1Yesterday, Mayor Kim Driscoll welcomed home firefighter Kevin O'Boyle on his return from a tour of duty in Kunar Province in Northeast Afghanistan, one of the deadliest regions along the border with Pakistan.
Two other Salem firefighters are currently serving in Afghanistan: Capt. Tony Marfongelli, who is with the Army National Guard, and firefighter Matt Darise, who left in March with the U.S. Air Force Reserves.
Firefighter Kasey Al-Nabulsi, who has done a tour in Iraq, is about to leave with the Army National Guard for Dubai.
"I think after 9/11 it brought out the patriotism in a lot of young people," Deputy Chief Brian Harrington said.
It's not unusual for firefighters and police, who are already in uniform and serving their cities and towns, to enlist in the military and be sent overseas. Chiefs in virtually every North Shore community can rattle off the names of men and women in uniform.
What is unusual, as the U.S. involvement in the Middle East winds down, is to have three firefighters from the same department in Afghanistan at the same time, which was the situation here briefly this spring.
The Salem servicemen in Afghanistan were on people's minds yesterday during the brief ceremony in City Council chambers honoring O'Boyle.
"We are happy we are getting you back safe and sound," Driscoll said to a small crowd that included firefighters and O'Boyle's mother.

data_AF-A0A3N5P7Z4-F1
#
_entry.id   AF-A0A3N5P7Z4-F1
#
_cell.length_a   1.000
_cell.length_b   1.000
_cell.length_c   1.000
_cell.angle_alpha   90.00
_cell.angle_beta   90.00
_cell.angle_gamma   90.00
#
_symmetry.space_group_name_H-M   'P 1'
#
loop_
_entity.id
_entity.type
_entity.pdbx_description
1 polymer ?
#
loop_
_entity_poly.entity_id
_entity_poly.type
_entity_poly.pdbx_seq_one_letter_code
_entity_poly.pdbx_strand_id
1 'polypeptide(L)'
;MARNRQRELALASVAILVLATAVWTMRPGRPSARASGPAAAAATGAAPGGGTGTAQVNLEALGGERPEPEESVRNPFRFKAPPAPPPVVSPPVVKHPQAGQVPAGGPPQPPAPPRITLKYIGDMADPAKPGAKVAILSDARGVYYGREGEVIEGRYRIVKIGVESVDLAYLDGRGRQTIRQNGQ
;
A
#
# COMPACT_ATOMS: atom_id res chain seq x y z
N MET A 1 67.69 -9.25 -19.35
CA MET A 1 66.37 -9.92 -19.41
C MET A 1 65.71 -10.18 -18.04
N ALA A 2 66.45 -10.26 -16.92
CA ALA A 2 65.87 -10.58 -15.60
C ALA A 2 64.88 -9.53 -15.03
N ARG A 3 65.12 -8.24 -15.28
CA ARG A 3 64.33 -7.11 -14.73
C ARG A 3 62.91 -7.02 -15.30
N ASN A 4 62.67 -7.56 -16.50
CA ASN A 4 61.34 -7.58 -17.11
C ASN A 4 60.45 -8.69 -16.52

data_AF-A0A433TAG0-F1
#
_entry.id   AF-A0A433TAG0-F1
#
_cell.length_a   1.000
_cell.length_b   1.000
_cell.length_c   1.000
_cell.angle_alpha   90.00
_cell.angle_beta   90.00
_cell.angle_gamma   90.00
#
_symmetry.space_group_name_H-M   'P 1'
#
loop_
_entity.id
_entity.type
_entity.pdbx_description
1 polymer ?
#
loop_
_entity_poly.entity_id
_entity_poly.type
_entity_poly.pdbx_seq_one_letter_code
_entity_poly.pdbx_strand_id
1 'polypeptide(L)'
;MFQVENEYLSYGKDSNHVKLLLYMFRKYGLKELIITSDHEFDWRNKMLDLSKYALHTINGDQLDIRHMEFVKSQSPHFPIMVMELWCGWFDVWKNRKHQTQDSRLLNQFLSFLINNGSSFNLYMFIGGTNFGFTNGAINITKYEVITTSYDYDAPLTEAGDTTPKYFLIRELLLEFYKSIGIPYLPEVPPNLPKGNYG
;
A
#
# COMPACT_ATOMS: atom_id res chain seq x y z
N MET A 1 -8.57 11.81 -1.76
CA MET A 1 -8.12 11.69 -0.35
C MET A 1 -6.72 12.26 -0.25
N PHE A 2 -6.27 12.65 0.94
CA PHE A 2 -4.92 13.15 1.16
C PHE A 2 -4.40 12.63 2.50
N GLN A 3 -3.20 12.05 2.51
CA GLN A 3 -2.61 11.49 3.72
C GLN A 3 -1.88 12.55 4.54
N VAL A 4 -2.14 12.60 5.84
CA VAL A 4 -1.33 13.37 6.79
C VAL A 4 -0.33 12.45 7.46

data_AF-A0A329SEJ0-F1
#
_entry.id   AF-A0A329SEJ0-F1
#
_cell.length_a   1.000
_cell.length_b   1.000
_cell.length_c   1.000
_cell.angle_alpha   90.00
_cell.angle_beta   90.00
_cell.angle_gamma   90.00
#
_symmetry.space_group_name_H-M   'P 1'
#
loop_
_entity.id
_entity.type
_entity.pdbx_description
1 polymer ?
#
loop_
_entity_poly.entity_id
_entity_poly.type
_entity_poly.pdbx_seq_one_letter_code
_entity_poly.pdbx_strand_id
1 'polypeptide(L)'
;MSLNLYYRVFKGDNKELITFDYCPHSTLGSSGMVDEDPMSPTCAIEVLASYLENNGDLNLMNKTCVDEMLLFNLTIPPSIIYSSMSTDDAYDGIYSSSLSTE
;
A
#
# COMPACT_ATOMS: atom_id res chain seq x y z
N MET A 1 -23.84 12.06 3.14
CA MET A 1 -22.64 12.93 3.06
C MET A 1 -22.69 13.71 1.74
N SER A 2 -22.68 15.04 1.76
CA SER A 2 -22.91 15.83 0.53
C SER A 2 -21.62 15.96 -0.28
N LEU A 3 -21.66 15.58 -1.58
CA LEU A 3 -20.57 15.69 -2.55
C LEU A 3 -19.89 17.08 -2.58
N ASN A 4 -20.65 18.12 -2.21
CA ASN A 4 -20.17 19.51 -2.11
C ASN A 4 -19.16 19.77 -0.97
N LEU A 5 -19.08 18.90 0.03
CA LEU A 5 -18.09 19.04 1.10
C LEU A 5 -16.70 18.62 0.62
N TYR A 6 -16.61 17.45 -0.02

Noting all who serve, Driscoll said, "You really make the city proud."
She also made note of the significance of one soldier's return right before Memorial Day.
O'Boyle said he was grateful for the letters and packages he received from Salem firefighters while he was overseas.
"They kept me sane," he said.
Like many returning veterans, O'Boyle, 30, downplayed his own role.
After eight years of active duty in the U.S. Army, during which he went to Afghanistan for the first time, the Brooklyn native re-enlisted in the Army National Guard.
Staff Sgt. O'Boyle was a squad leader in an infantry unit guarding U.S. civilian and military advisers, providing security at a small base and running an observation post in a remote region of the mountainous country.
"Numerous times we came under contact," he said.
Several members of his platoon received Purple Hearts. O'Boyle said he was one of the lucky ones.
"I walked away without a scratch," he said.